The Outer Planets
Giant Planets


Summary: All 4 jovian planets have distinct atmospheres with cloud layers that govern the different types of gases that can condense.

Atmospheric Structure and Clouds
Jovian Planet Weather
Climate and Weather on Jupiter
Related links
Related Lessons:

Great Red Spot Pinwheel
Happy Landings: A Splash or a Splat?



Cloud Altitudes
Cloud Altitudes

The atmospheric structures of the four jovian planets are all quite similar. The primary difference is that the atmospheres get progressively cooler with increasing distance from the Sun. Notice on the diagram that clouds of a particular composition always occur at about the same temperature. For example, the ammonia clouds on both Jupiter and Saturn form at an atmospheric temperature of about 150 K. This happens to be around 25 km below the cloud top on Jupiter and 100 km below the cloud top on Saturn.

Each jovian planet has distinct cloud layers, with altitudes dictated by the atmospheric levels at which various gases can condense into liquid droplets or solid flakes.


Since Saturn's atmosphere is colder than Jupiter's at any particular altitude, the various cloud layers occur deeper within Saturn's atmosphere.


Methane clouds (75 K)

Methane can condense in the very cold upper troposphere of Uranus and of Neptune, but not in the warmer troposphere of Jupiter or Saturn.



Jupiter's Weather Phenomena
Jupiter's Weather Phenomena

Jupiter's weather phenomena (clouds, winds storms) are by far the strongest and most active of the jovian planets, but weather is found on all four.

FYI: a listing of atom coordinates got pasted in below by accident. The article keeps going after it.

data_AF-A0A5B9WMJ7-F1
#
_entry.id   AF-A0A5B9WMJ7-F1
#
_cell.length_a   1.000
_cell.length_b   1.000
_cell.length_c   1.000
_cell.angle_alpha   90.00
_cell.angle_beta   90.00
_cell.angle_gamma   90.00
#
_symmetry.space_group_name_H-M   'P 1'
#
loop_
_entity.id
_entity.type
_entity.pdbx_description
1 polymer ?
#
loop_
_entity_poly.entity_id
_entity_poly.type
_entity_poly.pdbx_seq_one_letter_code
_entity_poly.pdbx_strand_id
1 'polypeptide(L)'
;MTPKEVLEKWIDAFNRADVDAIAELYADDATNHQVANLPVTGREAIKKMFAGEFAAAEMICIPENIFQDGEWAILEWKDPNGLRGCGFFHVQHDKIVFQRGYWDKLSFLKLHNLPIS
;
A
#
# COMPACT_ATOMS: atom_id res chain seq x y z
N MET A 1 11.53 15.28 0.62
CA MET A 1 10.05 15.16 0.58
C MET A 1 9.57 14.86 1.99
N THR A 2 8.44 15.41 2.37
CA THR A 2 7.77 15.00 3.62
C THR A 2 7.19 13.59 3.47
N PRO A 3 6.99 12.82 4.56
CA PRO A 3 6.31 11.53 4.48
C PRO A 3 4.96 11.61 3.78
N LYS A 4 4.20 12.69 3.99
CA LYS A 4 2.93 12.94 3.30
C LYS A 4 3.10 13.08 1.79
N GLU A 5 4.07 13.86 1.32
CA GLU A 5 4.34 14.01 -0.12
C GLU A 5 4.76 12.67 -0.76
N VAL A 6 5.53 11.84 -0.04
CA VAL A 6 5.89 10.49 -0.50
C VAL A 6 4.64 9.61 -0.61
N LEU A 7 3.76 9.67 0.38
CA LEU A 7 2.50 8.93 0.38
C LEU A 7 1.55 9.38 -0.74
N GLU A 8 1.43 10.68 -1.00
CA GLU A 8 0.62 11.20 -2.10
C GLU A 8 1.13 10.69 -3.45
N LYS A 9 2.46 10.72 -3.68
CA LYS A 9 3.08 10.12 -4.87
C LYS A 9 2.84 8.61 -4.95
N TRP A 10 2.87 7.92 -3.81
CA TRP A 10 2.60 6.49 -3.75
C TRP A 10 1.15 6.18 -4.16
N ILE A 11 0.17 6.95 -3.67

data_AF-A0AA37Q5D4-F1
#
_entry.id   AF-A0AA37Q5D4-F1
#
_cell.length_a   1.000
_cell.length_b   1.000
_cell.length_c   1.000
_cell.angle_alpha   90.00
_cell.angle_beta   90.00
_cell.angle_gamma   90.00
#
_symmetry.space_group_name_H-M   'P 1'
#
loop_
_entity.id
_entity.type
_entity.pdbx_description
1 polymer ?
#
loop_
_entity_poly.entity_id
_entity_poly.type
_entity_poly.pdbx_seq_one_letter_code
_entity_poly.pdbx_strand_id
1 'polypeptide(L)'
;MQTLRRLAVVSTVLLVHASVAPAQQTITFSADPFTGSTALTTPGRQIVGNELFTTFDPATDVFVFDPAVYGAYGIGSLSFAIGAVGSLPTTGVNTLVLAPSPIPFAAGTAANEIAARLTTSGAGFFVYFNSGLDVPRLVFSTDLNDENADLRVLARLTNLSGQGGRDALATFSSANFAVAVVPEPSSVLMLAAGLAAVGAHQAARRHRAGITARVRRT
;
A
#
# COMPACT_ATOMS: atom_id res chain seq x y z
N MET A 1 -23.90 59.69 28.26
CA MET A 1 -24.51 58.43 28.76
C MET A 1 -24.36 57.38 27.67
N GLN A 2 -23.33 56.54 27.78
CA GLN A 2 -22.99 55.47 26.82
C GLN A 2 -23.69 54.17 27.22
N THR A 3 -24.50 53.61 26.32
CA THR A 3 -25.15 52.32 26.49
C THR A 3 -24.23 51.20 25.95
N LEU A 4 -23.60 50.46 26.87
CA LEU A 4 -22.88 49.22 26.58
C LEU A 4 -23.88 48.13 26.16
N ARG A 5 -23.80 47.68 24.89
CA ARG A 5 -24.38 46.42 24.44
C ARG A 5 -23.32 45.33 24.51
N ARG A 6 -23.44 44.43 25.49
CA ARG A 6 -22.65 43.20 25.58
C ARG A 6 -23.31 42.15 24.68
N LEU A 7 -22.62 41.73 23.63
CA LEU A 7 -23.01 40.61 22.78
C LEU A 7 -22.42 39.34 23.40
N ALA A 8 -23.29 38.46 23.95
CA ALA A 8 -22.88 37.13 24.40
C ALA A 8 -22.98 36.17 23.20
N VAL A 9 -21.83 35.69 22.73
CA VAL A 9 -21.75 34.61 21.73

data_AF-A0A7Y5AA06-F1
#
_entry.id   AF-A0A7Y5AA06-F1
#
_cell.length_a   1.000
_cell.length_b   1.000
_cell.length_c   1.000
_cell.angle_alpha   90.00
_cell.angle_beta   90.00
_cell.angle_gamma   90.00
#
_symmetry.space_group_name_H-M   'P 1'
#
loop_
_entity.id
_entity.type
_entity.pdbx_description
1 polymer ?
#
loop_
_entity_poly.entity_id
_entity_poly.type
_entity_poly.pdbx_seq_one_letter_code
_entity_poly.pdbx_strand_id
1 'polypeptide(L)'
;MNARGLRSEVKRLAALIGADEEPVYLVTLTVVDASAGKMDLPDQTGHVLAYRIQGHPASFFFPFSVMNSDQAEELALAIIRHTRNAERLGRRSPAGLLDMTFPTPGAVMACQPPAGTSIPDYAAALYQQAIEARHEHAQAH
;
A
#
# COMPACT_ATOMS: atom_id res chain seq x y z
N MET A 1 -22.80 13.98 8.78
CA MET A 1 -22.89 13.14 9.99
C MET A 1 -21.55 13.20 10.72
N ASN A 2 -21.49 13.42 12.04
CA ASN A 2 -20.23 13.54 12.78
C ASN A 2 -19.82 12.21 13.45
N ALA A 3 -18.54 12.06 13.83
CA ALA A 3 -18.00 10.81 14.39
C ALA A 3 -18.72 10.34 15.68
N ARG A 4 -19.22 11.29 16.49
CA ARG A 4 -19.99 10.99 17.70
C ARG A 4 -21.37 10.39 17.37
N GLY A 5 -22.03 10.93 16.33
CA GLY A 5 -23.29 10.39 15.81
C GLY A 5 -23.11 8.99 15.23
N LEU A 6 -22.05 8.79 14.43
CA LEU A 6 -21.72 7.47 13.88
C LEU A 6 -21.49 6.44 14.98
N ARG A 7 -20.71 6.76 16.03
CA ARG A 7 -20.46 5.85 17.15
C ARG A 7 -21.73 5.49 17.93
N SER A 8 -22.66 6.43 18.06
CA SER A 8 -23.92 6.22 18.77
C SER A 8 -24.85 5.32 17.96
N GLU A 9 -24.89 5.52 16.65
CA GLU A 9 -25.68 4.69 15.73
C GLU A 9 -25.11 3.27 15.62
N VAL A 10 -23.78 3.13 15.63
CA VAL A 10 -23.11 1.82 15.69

Like Jupiter, Saturn has stripes of alternating color and wind direction, though in more subdued colors. Even though Saturn has an axis tilt similar to that of Earth, we don't see the dramatic seasons we might expect. Some weather changes have been observed, but Saturn's internal heat keeps temperatures about the same year-round and planet-wide.

Bands in Saturn's Atmosphere
Bands in Saturn's Atmosphere


Uranus is essentially tipped on its side so we would expect it to go through extreme seasonal changes during its 84-year orbit around the Sun. When Voyager 2 flew past in 1986, Uranus's northern hemisphere was facing almost directly toward the Sun, and its southern hemisphere was in perpetual darkness. Photographs revealed virtually no clouds and no banded structures like those found on the other jovian planets. More recent observations show storms in Uranus's atmosphere. The storms may be brewing because of the changing seasons as the southern hemisphere sees sunlight for the first time in decades.

(click to enlarge)

Neptune's atmosphere is banded, and has a high-pressure storm, called the Great Dark Spot, that is similar to Jupiter's Great Red Spot. The Great Dark Spot disappeared in 1994, but was replaced with a similar storm soon after. Like Saturn, Neptune has an axis tilt similar to Earth's but it has relatively little seasonal change because of its internal heat. The heat created in Neptune's interior is released uniformly and keeps the temperature about the same year-round and planet-wide.



Jupiter's most famous feature is its Great Red Spot, which is visible in Jupiter's southern hemisphere. The Great Red Spot is more than twice as wide as Earth.

Jupiter has planet-wide circulation cells similar to those on Earth. Solar heat causes equatorial air to expand and fall toward the equator. The Coriolis effect splits the large equator-to-pole circulation cells into smaller cells. Jupiter's great size and fast rotation make the Coriolis effect very strong. Instead of being split into just three smaller cells encircling each hemisphere, as on Earth, Jupiter's circulation cells split into many alternating bands of rising and falling air. These bands of alternating color are dependent upon the chemical composition within each band, giving Jupiter a distinctly striped appearance.

Jupiter's climate is steady and most likely unchanging since it has no appreciable axis tilt and, therefore, no seasons. Solar heating alone might leave the poles relatively cool, but internal heat keeps the planet uniformly warm.


Jupiter Atmosphere Images at LASP
The Juno New Frontiers Mission Official Homepage

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